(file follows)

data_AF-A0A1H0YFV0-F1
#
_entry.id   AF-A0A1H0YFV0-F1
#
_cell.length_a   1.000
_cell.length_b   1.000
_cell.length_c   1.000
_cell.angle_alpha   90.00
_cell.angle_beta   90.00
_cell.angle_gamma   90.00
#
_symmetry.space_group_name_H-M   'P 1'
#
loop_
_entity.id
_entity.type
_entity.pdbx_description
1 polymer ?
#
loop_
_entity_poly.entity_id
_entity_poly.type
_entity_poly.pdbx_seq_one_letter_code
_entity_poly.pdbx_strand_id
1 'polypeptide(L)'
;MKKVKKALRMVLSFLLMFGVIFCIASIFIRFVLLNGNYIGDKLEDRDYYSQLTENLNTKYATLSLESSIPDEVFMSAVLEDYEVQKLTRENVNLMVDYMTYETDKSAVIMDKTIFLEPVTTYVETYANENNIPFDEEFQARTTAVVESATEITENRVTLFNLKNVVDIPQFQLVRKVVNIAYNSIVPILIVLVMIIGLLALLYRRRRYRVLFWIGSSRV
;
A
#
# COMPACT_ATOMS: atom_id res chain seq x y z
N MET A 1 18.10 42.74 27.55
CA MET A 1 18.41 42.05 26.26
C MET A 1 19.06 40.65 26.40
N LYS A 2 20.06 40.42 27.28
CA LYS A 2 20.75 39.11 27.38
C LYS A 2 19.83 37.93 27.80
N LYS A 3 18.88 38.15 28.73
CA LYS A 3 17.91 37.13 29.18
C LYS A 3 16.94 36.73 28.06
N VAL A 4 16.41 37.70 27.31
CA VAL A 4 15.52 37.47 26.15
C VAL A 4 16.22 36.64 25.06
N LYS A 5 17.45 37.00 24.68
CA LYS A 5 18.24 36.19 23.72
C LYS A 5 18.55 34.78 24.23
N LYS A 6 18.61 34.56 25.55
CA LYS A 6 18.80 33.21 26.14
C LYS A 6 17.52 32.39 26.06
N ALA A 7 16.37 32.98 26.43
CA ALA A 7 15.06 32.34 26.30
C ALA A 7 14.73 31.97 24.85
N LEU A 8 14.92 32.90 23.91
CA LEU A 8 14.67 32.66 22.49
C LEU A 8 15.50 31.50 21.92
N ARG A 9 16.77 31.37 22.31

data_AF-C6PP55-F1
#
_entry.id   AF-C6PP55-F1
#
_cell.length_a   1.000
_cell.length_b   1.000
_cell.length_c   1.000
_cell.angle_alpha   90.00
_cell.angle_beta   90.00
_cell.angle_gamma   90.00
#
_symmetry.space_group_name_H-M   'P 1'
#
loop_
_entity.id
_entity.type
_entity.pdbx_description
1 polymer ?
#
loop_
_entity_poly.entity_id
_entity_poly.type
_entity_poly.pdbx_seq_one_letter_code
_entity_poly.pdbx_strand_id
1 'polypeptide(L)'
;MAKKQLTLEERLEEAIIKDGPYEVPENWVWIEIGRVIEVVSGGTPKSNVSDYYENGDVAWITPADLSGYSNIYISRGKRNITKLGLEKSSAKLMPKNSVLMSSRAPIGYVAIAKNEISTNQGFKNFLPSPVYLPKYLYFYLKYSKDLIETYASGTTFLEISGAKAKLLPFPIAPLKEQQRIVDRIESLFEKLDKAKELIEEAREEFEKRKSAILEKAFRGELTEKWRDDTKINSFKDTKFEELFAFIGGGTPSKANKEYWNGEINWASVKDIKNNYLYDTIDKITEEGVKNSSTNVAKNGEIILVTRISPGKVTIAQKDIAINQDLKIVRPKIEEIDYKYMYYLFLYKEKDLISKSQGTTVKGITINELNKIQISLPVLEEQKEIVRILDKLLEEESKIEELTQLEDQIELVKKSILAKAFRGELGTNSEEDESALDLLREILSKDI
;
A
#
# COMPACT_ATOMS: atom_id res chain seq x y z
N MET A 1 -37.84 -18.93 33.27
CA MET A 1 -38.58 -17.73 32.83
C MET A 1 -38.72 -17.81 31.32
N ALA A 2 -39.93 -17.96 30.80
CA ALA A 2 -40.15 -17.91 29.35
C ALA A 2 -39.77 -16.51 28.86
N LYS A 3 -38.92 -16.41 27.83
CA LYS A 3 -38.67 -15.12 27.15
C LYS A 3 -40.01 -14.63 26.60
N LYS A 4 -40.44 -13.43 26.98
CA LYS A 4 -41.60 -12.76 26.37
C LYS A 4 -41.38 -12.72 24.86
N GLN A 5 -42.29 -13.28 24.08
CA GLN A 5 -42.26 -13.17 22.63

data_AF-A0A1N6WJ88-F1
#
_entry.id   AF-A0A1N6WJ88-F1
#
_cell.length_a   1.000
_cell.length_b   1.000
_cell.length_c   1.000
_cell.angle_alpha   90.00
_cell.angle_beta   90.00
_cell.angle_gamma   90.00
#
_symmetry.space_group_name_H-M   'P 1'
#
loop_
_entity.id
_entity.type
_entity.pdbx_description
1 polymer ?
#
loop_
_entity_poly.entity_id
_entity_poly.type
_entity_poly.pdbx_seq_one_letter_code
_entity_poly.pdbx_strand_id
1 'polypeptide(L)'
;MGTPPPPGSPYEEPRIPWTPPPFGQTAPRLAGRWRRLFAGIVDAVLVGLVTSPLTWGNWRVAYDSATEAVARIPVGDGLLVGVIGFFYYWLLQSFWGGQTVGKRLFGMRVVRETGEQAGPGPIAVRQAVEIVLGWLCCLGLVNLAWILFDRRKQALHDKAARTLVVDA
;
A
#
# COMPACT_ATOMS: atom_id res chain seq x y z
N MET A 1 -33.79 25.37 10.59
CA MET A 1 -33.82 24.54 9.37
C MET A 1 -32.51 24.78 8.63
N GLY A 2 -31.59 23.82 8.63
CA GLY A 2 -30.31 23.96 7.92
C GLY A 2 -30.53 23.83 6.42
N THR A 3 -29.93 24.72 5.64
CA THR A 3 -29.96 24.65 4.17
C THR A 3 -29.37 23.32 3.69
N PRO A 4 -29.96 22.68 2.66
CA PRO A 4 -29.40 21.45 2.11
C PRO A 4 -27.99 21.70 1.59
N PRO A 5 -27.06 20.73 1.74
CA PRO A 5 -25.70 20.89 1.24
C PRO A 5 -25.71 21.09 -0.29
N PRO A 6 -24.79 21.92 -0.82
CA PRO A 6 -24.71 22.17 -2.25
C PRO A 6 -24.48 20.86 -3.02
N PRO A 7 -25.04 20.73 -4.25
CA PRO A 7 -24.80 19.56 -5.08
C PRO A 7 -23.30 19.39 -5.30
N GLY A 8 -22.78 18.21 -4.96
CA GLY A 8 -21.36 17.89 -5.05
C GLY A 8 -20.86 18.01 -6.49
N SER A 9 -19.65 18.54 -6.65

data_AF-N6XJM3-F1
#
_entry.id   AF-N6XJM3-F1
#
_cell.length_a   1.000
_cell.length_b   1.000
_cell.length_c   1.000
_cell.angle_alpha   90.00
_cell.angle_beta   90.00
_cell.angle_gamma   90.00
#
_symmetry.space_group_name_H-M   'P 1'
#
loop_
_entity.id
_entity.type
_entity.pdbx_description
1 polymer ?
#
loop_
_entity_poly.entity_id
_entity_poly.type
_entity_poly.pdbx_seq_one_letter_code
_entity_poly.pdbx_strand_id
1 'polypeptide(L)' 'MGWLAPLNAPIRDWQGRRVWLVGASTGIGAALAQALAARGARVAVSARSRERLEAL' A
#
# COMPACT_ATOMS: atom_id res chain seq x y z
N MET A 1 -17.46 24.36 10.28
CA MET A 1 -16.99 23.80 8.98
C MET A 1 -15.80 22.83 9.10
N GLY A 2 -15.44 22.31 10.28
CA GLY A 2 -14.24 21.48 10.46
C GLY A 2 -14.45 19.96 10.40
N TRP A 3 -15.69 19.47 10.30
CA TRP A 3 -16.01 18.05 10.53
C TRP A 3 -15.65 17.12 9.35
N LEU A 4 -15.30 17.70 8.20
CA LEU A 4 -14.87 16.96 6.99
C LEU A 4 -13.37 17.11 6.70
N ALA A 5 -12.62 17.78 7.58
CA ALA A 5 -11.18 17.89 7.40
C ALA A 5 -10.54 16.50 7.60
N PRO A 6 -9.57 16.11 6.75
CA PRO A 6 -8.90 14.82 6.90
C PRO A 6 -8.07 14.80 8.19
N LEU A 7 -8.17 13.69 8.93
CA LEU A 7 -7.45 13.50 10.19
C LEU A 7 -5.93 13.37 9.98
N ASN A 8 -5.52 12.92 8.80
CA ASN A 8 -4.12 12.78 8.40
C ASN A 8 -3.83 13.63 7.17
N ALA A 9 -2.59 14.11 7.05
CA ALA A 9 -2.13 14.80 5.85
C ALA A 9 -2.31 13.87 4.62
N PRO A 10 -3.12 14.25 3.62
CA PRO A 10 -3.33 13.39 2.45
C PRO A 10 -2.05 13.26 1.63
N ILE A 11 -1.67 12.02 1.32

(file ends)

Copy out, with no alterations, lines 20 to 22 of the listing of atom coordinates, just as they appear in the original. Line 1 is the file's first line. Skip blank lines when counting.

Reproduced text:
loop_
_entity_poly.entity_id
_entity_poly.type